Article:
CLEVELAND — The ADAMHS Board of Cuyahoga County reported a local behavioral health workforce shortage, at a time when calls to the 24-hour mental health hotline are up by 30%.
Samatha Jones of Cleveland, who suffers from Post Traumatic Stress Disorder and anxiety, told News 5 the workforce shortage played a role in forcing her to change counselors five times over the past several months.
“It’s absolutely disheartening, at times I break out and cry," Jones said. “This has been going on for about a year, and each time I switch I lose the progress that I made with the previous person.”
“So I’m not feeling any progress, I’m feeling very isolated, I’m feeling very alone and frustrated.”
“There is a lack of infrastructure when it comes to mental health issues, there is a lack of awareness, there is a lack of desire to talk about it. There’s a lot of embarrassment and there’s a lot of secrecy.”
Scott Osiecki, CEO of the ADAMHS Board of Cuyahoga County, acknowledged the workforce shortage during the ongoing pandemic and said his agency, along with Frontline Services has put together a five-year action plan to address mental healthcare workers recruitment and retention issues.
“We're going to try and provide better pay for individuals who are in the mental health workforce, come up with paid internships, and also try to reach out to people younger, like high school age," Osiecki said.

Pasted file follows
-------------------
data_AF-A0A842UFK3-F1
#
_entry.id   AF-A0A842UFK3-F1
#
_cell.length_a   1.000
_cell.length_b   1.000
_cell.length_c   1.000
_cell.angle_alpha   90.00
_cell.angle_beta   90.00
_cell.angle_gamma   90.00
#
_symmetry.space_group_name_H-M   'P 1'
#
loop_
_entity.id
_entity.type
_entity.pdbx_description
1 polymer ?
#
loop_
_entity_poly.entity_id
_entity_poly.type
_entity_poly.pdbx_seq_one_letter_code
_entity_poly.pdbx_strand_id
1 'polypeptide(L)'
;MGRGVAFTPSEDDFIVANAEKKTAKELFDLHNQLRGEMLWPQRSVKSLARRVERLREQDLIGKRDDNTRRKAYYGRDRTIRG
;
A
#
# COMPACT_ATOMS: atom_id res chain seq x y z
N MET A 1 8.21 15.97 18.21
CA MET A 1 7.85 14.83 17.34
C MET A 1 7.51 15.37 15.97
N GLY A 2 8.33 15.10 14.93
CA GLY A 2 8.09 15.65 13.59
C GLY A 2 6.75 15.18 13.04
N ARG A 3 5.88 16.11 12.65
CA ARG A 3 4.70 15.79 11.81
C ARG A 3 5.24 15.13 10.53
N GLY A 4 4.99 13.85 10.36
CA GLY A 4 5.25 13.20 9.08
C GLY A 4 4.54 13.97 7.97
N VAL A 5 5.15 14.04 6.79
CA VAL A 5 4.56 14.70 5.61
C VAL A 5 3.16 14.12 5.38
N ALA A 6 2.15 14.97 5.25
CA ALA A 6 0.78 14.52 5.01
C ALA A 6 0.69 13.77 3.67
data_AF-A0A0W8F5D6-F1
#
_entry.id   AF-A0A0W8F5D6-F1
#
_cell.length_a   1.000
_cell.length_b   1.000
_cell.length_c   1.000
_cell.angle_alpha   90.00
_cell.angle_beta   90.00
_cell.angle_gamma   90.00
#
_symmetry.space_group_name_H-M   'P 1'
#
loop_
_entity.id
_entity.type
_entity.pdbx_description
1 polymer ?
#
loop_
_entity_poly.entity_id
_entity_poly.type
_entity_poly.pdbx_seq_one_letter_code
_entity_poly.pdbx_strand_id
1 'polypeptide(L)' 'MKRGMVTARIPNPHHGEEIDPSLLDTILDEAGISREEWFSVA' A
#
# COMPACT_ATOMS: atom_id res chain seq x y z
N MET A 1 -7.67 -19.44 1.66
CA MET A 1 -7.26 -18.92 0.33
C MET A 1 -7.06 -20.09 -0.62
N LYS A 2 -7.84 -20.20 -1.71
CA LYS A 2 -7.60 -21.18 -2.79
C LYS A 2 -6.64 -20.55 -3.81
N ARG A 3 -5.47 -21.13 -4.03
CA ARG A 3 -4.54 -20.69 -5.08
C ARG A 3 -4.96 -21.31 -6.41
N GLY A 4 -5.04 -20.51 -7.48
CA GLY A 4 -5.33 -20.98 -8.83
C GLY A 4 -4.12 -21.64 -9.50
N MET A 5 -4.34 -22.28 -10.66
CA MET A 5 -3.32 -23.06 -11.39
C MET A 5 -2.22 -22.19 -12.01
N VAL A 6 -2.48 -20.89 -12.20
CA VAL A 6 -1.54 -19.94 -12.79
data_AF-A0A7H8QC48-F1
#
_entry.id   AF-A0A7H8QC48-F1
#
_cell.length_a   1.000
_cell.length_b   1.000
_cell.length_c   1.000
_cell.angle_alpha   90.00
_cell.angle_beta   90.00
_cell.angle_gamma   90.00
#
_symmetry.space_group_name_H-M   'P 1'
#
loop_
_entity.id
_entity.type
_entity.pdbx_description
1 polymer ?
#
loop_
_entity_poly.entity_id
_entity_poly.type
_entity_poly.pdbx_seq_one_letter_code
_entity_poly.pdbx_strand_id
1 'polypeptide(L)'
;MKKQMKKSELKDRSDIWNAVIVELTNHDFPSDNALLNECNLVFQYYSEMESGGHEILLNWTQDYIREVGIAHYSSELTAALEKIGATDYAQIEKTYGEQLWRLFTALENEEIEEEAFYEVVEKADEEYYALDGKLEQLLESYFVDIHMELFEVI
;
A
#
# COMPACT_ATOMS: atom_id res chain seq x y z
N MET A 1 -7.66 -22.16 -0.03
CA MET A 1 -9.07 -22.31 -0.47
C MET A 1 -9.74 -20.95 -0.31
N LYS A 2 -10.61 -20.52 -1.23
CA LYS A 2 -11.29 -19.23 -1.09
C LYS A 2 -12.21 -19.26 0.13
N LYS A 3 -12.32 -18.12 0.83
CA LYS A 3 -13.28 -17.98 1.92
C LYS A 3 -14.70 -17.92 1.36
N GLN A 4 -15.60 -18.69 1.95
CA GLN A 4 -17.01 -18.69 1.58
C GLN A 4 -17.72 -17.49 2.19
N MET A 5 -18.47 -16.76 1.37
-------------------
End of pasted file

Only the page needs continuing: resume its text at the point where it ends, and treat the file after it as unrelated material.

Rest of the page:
“Because of the work shortage, what we’re finding is that a person will go from one agency to another agency, which leaves a gap there.”
“Then they find out that it is stressful, the pay is very low, they find out that they can move to different jobs in different fields that they can use their degree in.”
Osiecki said if someone feels they are being bounced around, or aren't getting the care they feel they deserve, they should contact their caseworker for assistance.
Jane Granzier, Associate Director of Crisis Services for Frontline Services, said those lost in the shuffle should stay diligent in searching for mental health resources.
“It’s definitely created stress on our system in the mental health community," Granzier said. "To be responsive in a timely way, access and timeliness are always important.”
“If you can't reach a supervisor, reach out to the client's rights officer. Every community mental health agency has a client's rights officer, someone who is totally dedicated to being objective.”
Osiecki said those looking for resources can contact their primary care physician to make referrals, or the ADAMHS Board, which has its own clients rights department at 216-241-3400.
He said the 24-Hour Suicide Prevention Mental Health and Addiction Crisis Hotline, through Frontline Services, is also available at 216-623-6888.
Meanwhile, Jones is encouraging others not to give up on finding the help that they need.
“And so there is hope for you," Jones said. I’ve been down that dark path, I’ve navigated it, and I’ve survived. And if I can do it, you can too.”